“We create because God created.” This refrain became very familiar to me after pursuing arts in Christian institutions at SVCS and then Biola University. And the explanation works on a surface level, but upon examination just does not hold up as a solid reason. God does many things I should not imitate(act as judge and savior, for example). I think we have an even more direct reason than this to make art and to spend time interacting with art.
The first command God gives to man is to be fruitful, multiply, fill the earth and subdue it(Genesis 1:28). The first bit is pretty clear, but subdue could be a bit more complex. We might define subdue as “to bring under control.” When we consider its context, the command to subdue directly follows the Lord instilling his image in man so we can assume it is directly related to His image in us. Our “subduing” reflects the Lord’s sovereign and good rule over the Earth. He made us physical beings and placed us in a physical world over which we are to have a dominion of goodness and life. Even further, He sent his Son to become physical flesh and blood, indicating the beginning of His redemption of our now fallen physical world. Christ’s death and physical resurrection began the work of bringing creation back into the perfect harmony it possessed upon being created, before sin entered in. Artist’s use their mastery and control over physical materials in the physical world to play a part in this redemption, in bringing harmony and purpose to creation.
We can look back to Genesis for further exploration. Adam’s dominion gave him authority to name the animals: he defined and described what he saw, giving himself and those around him language with which to relate and communicate about their experience of the world. Subduing in that case meant thinking about the world around him, and giving words to the truths he saw. The Artist’s task includes this same task: to examine and then present anew the truth we see around us in physical form.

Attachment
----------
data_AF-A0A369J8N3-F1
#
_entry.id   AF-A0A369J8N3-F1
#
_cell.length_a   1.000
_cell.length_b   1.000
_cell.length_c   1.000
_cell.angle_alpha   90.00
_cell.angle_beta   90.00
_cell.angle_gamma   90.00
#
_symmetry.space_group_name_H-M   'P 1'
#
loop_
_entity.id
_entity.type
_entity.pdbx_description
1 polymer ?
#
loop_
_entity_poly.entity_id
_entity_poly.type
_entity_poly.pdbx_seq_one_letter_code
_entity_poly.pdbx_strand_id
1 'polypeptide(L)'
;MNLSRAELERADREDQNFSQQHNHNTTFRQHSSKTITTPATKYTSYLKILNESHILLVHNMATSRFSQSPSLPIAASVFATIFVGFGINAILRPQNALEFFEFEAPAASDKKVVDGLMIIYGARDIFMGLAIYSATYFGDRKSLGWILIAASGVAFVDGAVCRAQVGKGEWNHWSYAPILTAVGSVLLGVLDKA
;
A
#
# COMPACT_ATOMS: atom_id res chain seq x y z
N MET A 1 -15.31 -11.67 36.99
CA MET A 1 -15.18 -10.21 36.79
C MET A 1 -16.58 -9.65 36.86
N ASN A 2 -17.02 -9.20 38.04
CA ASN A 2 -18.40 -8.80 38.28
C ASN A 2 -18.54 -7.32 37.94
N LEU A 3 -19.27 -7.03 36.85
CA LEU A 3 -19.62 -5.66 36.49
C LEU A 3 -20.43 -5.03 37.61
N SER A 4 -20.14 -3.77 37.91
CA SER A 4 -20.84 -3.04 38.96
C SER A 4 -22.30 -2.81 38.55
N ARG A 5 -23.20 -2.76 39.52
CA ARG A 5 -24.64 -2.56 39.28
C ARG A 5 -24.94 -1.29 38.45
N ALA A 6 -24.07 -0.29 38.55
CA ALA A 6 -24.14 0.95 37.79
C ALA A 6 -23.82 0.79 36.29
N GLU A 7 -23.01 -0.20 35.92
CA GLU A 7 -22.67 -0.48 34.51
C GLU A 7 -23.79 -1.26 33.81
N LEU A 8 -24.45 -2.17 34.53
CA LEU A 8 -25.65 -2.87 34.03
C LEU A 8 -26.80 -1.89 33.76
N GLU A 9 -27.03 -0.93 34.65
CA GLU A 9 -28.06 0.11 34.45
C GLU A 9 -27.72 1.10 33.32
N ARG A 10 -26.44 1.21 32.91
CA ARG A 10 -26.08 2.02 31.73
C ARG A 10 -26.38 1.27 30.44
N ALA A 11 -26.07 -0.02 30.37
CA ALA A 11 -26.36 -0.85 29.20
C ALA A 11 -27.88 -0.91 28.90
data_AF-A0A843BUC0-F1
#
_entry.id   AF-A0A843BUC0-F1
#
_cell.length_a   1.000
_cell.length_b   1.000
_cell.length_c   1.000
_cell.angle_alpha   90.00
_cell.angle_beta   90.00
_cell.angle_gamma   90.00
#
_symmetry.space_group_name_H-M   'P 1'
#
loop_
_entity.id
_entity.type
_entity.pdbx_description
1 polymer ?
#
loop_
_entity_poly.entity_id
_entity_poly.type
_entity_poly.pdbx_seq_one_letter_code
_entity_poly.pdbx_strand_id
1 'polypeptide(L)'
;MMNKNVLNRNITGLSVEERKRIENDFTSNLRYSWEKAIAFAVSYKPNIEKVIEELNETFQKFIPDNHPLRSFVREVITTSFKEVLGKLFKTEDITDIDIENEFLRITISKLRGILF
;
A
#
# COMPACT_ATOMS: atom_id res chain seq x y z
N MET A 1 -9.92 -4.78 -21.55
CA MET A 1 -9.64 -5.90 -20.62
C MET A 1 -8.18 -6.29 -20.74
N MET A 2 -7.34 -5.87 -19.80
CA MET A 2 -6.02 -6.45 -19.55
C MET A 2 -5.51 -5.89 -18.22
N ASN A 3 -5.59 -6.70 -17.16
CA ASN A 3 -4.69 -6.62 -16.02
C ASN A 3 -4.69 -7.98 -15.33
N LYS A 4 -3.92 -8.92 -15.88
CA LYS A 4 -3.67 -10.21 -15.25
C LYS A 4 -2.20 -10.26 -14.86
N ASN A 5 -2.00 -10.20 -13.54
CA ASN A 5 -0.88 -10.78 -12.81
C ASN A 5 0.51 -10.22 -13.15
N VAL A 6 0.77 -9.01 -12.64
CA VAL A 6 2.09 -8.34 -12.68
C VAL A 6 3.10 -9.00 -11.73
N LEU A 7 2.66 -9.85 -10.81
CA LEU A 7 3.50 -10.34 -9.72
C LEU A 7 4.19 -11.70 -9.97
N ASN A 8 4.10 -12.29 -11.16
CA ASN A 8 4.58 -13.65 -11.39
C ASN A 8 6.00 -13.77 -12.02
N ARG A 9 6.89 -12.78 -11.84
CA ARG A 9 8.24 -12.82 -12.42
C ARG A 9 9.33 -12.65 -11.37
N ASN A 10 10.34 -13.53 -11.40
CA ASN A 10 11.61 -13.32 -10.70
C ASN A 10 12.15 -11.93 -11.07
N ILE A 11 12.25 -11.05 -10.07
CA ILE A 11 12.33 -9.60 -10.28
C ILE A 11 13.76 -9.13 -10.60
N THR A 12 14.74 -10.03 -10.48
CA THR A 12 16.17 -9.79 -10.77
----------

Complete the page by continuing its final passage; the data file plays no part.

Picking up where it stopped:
In this way, art acts an instrument of redemption. It may simply express the joy of our physical experiences, the act of creating itself acting as a meditation on the incarnation of Christ. It may form something beautiful to look at. It may be an object which prompts contemplation in it’s viewers. It may communicate some truth which would otherwise be inexplicable in words, and in so doing, bring people into relationship.
The arts provide an arena in which we can examine the world with eyes for the truth: acknowledging the fallenness while seeing the potential for redemption all around us. Artists then use their incarnational dominion over their materials to demonstrate these understandings, and viewers tap into their incarnational dominion in experiencing them. Art-making is deeply rooted in our dominion over creation, our very first commandment, and in the work of the gospel to redeem all creation.
An alumna of SVC, Mrs. Rexinger went on to earn her Bachelor of Fine Arts in Studio Arts, with an emphasis in painting, from Biola University. As a product of Christian education herself, she understands the impact a Christ-centered education can have on a student’s life. Her desire is to pour into her students in the same way that her SVC teachers poured into her. You may reach Mrs. Rexinger at firstname.lastname@example.org.